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Triathlon Swimwear

Many things determine the triathlon swimwear you wear for the first leg of your triathlon: the length of the swim, the temperature of the water and atmosphere. All of these factors play an important role in what clothing you might want, or be allowed, to wear. The speed at which you which to complete the transition to the bike could also be important to you, particularly if your finishing time is important.


For longer swims, or if the water is likely to be cold, you might choose to swim in a wetsuit. Wetsuits are usually only allowed if the water temperature is below 78 F, but this threshold can vary from race to race. Wetsuits have the advantage of keeping you warmer than the other types of triathlon swimwear and increasing your buoyancy. However, wetsuits can be expensive and difficult to remove in the transition stage. To prevent a wetsuit from chaffing, you might want to liberally apply lubricant, but don't use Vaseline - it corrodes the rubber material of the wetsuit.

One of the main problems with a traditional wetsuit is the stiffness of the material, particularly around the shoulders, restricting arm movement through the full stroke and slowing the swimmer down. One solution to this is the triathlon wetsuit, which are made from thinner, more pliable rubber to allow the full range of movement and a faster speed through the water. Triathlon wetsuits often feature long zips you can take them off faster during transition.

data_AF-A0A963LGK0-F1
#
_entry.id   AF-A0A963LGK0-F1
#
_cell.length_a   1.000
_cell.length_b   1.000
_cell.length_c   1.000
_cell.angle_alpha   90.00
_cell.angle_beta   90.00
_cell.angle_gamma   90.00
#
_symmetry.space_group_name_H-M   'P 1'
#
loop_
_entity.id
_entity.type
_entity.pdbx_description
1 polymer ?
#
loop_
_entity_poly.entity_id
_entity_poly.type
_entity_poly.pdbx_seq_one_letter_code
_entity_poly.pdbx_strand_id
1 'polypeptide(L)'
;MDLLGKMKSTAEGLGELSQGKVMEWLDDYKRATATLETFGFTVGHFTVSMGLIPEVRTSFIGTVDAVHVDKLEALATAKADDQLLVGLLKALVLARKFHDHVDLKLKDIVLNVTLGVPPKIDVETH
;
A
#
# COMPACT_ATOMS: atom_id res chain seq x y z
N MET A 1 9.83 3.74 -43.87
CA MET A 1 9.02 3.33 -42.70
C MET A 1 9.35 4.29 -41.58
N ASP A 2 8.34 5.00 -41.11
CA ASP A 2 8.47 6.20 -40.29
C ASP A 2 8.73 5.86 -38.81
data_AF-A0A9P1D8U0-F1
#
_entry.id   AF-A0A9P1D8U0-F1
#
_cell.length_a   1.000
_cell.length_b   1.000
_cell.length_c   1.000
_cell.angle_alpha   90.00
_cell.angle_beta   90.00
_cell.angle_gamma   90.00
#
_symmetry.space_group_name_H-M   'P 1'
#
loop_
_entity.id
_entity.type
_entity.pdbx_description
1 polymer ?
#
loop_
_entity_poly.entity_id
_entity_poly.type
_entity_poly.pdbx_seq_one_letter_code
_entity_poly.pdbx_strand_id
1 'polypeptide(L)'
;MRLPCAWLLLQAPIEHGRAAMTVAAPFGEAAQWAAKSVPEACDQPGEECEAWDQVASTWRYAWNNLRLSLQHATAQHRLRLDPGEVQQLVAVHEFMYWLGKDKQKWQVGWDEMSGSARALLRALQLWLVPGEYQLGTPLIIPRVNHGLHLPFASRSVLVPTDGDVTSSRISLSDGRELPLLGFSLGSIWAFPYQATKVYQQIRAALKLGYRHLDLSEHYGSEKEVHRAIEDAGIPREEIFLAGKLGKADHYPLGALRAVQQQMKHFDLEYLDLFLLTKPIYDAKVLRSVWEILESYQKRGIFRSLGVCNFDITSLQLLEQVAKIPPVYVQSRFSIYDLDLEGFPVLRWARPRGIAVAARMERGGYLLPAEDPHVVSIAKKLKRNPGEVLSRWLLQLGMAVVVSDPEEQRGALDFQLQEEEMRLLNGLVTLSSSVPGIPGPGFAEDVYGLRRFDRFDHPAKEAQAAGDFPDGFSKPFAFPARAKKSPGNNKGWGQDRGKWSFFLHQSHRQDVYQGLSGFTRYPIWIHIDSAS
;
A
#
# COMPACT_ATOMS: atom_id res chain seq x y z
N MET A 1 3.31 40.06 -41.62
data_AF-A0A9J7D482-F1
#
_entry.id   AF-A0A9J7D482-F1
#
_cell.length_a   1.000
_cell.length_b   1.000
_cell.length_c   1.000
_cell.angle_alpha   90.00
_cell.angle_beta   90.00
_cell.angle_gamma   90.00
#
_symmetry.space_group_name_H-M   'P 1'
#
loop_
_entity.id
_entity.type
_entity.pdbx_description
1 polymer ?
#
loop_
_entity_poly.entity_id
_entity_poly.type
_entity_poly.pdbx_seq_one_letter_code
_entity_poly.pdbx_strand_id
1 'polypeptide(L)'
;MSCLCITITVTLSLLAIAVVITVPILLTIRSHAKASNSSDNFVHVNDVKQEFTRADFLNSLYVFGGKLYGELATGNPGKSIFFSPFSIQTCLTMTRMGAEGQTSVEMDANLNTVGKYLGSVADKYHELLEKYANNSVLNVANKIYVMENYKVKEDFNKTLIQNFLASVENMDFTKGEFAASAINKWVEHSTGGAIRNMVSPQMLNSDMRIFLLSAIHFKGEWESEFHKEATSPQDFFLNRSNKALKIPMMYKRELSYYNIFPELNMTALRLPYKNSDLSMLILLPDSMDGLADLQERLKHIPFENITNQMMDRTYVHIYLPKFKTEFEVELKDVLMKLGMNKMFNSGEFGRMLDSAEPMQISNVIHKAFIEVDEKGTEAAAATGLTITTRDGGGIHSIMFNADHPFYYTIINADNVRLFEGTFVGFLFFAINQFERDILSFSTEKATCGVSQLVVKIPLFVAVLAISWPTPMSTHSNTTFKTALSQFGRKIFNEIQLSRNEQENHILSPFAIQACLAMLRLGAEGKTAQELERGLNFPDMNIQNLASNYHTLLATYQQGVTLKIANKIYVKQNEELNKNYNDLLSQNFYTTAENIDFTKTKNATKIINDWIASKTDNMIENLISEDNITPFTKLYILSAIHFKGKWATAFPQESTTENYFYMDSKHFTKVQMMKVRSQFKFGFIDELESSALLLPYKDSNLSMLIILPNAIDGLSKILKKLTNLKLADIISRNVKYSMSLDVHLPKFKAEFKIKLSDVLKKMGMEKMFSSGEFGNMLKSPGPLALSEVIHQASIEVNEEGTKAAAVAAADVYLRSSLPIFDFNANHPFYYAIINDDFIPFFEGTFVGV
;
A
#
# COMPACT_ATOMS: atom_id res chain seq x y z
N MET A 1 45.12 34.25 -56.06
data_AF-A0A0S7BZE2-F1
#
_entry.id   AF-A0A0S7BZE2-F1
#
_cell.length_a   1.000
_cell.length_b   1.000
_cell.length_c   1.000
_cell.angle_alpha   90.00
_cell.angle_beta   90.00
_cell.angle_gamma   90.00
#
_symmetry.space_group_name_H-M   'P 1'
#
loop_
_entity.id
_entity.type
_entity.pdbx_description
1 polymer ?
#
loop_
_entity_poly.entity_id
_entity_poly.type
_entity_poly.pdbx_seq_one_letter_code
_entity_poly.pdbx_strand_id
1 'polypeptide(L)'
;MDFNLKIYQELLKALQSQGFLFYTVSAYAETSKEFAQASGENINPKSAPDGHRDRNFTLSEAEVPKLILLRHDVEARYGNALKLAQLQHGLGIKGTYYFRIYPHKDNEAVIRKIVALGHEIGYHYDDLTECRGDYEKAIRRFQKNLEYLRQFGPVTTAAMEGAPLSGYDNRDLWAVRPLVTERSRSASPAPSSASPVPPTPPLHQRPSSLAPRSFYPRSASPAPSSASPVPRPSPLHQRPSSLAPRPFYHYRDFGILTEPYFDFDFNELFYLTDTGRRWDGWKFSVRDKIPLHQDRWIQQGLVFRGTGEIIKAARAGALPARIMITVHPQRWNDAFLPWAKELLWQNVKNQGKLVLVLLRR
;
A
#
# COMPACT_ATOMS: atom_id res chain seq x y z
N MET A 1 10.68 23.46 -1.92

Triathlon Suit

Triathlon suits, or "tri-suits" are ideal the triathlon swimwear in warmer climates or even under your wetsuit when it is not so warm. Made from wicking material and designed to dry out quickly during the bike leg, triathlon suits are worn for the entire race. Not only to they eliminate losing any time spent trying to get changed in transition, but they have sufficient padding to make the cycling leg more comfortable. Tri-suits are either one-piece or two-pieces ,with built in support for the ladies. As the Lycra is skin tight, some people choose to pull on loose shorts and top after the swim stage.



Once you've decided what you wish to wear for your swim, you need to complete your outfit with accessories. The two main allowed accessories are a swimming cap and goggles. The caps are usually brightly colored for safety reasons, but can be used to signify the event you are competing in or in which wave you started.

Other accessories that might assist propulsion, like fins, gloves or buoyancy aids are banned by the authorities, and snorkels are banned in some countries but not in others. Canada, Australia, the United States and the International Triathlon Union do not specifically ban snorkels, but they are banned in Great Britain and are frowned upon by top level competitors.

A triathlon is a challenging undertaking, and you need to ensure you have chosen the most suitable triathlon swimwear to make sure that your race goes well. A wetsuit provides the best buoyancy and keeps you warm, but any time you make up in the swim you might lose again in the transition phase. So instead of changing out of a wetsuit, you may want to consider the advantages of wearing a tri-suit for your next triathlon.

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